The coronavirus pandemic has unleashed unprecedented financial pressure on hospitals to get leaner and become more agile; especially with a third wave on the horizon (in fact, some observers say that the third wave is already here). Yet at the same time, hospitals cannot risk making cuts that adversely impact patients who receive care, or the staff members who deliver it.
With respect to the former, it goes without saying (but a quick reminder never hurts!) that patients must always be at the center of healthcare. As pointed out by Anne Dabrow Woods, DNP, RN, CRNP, ANP-BC, AGACNP-BC, FAAN in an article published by Lippincott NursingCenter.com: “Even though the practice of clinical care is constantly evolving, along with technology and information delivery, patient expectations are not. Patients always expect a high-quality experience, so a patient-centered healthcare culture isn’t a `nice to have,’ it’s a ‘need to have.’”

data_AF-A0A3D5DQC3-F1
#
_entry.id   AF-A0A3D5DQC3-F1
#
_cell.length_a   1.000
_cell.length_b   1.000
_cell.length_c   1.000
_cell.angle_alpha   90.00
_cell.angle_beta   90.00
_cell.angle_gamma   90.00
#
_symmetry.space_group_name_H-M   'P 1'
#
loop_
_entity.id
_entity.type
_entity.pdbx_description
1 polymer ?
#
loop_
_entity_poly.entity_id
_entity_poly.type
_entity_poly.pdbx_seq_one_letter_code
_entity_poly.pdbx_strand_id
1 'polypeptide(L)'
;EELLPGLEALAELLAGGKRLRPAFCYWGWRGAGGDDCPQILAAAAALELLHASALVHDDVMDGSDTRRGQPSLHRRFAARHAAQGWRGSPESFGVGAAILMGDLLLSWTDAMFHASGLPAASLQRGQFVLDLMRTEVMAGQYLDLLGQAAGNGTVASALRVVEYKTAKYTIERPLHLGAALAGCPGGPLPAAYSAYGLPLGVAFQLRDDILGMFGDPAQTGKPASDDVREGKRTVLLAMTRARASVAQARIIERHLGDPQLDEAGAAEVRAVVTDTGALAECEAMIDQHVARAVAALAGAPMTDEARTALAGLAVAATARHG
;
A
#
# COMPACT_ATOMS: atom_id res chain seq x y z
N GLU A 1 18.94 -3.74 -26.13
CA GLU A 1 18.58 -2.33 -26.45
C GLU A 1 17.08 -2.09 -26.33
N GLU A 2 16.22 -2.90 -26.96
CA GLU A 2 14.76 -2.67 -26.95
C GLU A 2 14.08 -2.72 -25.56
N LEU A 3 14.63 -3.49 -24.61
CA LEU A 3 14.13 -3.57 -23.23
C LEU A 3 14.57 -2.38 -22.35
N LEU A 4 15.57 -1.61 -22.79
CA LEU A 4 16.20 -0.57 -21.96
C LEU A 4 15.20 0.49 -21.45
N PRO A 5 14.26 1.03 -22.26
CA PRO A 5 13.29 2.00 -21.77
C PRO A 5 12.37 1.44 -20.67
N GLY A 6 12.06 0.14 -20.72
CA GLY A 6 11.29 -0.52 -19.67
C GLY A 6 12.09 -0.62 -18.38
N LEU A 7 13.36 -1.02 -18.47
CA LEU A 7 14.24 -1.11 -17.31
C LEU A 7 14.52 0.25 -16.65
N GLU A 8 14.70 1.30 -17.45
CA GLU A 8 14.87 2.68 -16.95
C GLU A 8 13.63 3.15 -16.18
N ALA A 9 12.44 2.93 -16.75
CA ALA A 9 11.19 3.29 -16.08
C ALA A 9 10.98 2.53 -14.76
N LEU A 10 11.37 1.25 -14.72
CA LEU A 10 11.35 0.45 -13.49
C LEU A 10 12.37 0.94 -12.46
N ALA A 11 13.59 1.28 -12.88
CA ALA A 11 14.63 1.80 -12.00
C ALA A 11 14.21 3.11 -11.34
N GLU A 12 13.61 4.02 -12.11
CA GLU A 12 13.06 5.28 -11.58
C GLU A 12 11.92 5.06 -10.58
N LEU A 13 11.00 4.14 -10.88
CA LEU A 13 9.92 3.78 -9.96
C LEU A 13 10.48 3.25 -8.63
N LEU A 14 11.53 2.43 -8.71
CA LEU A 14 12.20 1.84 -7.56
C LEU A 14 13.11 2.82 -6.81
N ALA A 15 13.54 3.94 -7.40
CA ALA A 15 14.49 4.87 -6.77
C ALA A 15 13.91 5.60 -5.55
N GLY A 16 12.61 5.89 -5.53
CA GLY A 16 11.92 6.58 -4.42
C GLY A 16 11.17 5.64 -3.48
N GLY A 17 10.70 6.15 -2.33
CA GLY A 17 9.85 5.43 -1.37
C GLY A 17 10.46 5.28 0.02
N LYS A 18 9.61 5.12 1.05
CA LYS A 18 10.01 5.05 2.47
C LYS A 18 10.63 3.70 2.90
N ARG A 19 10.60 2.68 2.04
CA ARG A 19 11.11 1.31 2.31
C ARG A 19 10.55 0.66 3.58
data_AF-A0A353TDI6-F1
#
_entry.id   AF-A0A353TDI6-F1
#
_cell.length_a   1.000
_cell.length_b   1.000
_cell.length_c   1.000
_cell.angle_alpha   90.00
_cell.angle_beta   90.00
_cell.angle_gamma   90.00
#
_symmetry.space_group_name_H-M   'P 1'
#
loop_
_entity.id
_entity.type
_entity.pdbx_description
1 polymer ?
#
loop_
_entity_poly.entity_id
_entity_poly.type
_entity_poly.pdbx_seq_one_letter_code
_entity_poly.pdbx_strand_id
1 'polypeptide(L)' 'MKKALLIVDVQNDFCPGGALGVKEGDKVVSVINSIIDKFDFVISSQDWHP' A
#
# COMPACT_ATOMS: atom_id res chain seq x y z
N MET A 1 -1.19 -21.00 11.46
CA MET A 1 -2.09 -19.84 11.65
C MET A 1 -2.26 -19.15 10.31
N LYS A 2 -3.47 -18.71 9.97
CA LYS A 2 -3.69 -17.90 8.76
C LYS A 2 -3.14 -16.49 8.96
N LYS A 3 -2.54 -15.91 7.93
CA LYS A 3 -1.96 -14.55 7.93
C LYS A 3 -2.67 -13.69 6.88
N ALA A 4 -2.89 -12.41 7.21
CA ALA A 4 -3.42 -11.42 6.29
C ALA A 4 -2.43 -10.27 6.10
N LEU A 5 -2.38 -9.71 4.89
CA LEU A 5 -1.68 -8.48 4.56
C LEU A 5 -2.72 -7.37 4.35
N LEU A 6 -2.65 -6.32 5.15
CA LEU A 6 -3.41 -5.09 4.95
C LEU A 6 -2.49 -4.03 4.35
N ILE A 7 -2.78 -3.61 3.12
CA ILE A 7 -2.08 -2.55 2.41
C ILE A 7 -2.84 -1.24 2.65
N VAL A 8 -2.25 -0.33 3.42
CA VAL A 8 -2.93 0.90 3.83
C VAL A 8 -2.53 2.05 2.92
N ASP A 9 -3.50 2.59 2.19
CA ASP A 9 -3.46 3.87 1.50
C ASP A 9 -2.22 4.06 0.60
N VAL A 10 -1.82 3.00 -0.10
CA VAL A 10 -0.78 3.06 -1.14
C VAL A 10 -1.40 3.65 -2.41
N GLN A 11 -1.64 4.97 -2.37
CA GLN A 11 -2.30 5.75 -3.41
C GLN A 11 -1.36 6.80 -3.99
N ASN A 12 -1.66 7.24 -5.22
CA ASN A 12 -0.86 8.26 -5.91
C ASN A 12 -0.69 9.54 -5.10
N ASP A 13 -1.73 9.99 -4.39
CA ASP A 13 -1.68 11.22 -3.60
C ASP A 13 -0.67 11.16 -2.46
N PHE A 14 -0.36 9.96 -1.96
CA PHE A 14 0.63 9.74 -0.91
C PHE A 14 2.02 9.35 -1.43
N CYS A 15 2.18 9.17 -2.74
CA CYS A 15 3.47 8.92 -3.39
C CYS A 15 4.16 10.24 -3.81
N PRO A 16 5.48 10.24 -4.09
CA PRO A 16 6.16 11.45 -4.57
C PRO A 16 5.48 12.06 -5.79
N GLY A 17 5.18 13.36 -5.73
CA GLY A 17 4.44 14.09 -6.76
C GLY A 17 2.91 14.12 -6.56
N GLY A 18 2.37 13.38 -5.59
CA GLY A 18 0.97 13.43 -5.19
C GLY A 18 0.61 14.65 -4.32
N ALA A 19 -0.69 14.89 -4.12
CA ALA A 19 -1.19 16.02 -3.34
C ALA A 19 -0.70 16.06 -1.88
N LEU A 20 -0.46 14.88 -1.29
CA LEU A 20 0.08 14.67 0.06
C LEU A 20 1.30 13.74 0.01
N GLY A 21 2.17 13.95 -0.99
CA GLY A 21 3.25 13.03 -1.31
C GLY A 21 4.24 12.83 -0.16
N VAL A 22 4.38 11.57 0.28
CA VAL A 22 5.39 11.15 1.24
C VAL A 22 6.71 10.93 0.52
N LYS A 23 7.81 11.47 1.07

And with respect to the latter, consultant and author Mark Graban offers the following advice and warning on his website LeanBlog.org: “It’s very frustrating when I hear people in healthcare complain that their hospital or health system has equated Lean with cost savings — only focusing on cost reduction or primarily focusing on it. Hospitals that say to their staff that Lean is just about cutting costs (or demonstrate that) will fail to engage their most important asset — their employees.” [bolded and bracketed text in original]
Given the need to properly serve patients and meaningfully support staff — since both objectives must be achieved or neither of them will — here are eight types of reports that help hospitals get and stay leaner: